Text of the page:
For a long period of time, there was "The Code": an often unspoken agreement between advertiser and advertising agency, that together, through thick and thin, each side would respect and value the contributions being made and the economic climate under which events occurred, ensuring that everyone gained in a proportionate way to their stake in the partnership. Well, at worst, that code has been erased; and at best, it's no longer a viable staple, even for those who might still recognize its necessity.
As I said last week, I'm in the mood for a little reminiscing, so today, I'll be sharing the story of my first industry event and how I met iProspect's founder, Fredrick Marckini.
Faithful Search Insider readers will know I'm a big fan of "Top Ten" lists. In the past year, I've written no fewer than ten columns featuring Top Ten lists. Today I'd like to add one more to the collection. I've always believed you can learn a lot from a query. Here are my top ten ways to use search data beyond your search engine marketing program.
Six years before his death, my father had a severe stroke that left him, in its immediate aftermath, disoriented, visually impaired, and unable to form even simple sentences. Still, he was able to remember an important nine-digit number. That's the power of habit, in which some thought processes get so deeply embedded that it would take more than a cerebral hemorrhage to get them out.
This week's column attempts to wrestle with some large-frame issues that I think deserve attention, because, as we learned from the financial crisis, it's often the most basic, most obvious issues (such as whether all subprime mortgages that were being issued could possibly ever be repaid) that can blow everyone out of the water. In other words, just because nobody's talking about something doesn't mean that it's not real enough to kill you.
At the time I am actually writing this column, there is no Microsoft/Yahoo deal in place; but by the time it is published, there may be. Industry experts have refused to let this potential deal go. After all, we want Google to have real competition; we need Google to have real competition. You've heard this before and you're with me, right? As a deal once again seems imminent, I have to wonder: Should we be careful what we wish for?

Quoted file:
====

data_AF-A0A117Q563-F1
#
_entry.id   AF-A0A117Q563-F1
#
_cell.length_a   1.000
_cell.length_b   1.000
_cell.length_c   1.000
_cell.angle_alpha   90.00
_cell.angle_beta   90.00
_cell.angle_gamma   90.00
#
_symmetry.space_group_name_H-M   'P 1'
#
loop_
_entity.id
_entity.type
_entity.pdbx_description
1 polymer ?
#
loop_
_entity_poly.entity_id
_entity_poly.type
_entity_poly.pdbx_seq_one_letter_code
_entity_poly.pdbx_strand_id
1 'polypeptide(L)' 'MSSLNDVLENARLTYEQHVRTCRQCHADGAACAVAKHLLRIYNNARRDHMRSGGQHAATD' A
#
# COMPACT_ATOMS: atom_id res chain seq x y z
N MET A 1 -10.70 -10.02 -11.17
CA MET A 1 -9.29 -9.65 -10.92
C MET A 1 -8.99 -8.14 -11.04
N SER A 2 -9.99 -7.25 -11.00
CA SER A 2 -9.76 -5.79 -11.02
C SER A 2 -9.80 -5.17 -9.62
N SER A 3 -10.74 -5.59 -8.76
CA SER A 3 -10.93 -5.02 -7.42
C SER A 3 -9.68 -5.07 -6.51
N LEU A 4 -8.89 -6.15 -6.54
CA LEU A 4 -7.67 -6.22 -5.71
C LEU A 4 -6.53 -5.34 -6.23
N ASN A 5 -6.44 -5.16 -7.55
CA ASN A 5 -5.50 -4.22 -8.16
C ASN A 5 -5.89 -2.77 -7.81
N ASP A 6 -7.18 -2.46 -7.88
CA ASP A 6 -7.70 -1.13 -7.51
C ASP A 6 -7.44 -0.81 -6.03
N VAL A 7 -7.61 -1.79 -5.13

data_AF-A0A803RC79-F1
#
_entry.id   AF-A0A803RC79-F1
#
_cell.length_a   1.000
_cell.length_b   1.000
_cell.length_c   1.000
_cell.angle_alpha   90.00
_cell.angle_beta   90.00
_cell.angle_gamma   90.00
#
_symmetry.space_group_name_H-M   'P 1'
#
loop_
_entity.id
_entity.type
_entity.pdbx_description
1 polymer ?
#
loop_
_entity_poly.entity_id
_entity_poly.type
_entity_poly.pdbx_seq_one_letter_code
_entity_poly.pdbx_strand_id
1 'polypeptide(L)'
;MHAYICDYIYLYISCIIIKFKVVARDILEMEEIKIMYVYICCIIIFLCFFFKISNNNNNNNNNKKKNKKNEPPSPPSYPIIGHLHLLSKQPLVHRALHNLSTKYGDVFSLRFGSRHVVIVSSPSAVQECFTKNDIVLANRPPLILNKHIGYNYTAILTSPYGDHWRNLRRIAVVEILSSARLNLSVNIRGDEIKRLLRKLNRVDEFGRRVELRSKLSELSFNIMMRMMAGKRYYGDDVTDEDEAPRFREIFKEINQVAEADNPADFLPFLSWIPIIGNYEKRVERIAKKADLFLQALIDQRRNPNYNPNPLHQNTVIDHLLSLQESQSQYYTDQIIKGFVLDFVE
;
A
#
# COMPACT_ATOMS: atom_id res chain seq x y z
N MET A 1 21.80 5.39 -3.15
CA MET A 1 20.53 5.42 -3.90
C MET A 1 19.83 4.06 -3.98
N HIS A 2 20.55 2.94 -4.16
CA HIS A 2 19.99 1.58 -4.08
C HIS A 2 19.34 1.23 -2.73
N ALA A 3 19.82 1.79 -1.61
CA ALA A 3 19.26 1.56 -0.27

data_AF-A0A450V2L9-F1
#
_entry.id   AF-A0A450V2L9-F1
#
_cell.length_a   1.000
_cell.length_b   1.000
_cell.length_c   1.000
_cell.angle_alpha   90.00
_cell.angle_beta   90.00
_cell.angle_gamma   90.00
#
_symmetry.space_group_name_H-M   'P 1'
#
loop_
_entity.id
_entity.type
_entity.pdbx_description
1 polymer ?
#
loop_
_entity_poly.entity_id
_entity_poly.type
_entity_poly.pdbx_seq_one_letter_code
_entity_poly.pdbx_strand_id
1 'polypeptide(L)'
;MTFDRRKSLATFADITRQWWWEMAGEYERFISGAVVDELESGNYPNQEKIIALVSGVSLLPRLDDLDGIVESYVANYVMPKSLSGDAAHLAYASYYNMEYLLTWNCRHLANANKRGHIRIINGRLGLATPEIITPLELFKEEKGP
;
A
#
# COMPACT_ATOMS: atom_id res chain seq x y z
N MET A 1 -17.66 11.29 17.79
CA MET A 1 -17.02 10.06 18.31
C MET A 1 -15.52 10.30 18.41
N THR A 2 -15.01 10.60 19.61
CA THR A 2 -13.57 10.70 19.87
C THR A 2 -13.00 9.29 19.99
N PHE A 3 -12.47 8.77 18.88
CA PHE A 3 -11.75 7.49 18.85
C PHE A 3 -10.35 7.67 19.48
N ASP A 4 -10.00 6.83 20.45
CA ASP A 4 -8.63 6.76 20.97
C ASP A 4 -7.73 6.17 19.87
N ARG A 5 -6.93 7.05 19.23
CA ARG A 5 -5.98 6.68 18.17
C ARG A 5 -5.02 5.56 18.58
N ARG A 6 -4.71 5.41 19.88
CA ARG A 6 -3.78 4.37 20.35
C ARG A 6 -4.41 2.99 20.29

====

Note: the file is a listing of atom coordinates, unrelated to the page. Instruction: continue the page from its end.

This time of year always causes me to look backwards. My birthday is in the summer, so the increasing tally of years is hard to ignore. But it was also summer, specifically the summer of 2004, when I wrote my first Search Insider column, called "The Growing Pains of Search." That was 213 columns and about 180,000 words ago. And, finally, it was the summer of 1999 when Enquiro (then Search Engine Position) was born, so this marks my tenth official anniversary in the biz (I've been playing around at organic optimization since 1996).
Today I wanted to share some findings about the actual share of search traffic that our clients are receiving during Bing's critical launch period, based on data from our company's analytics platform that is utilized by 60 companies in the Fortune 1000. The data offers a different perspective on search engine market share that you don't normally see with other search share reports, mainly because this is based on all actual aggregate natural search traffic to these sites, and not a sample. While I am not submitting this data as proof of what I wrote about in my last column ...
Last week, I had the very real pleasure of attending a conference with a Googler. What struck me, over the course of the weekend, was the deference with which he was treated once people found out who his employer was. This particular Googler traced his professional roots to the music industry -- he had been an engineer, working with Dolby on advanced speaker systems -- and yet he gets more recognition for being a part of the search juggernaut than he ever did in rock 'n' roll, arguably the world's sexiest profession. So I asked him about it.
My fellow Search Insider Gord Hotchkiss just wrote an article on search engine market share, "The Ebbs & Flows of Market Share, " which does a great job of deconstructing what forces are driving share. Reading that got me to thinking about additional measures we can use to evaluate the search engine battleground. I have been considering click valuation; the more I look at a variety of different factors in our industry, the more I start to wonder if this should be one of our key measures.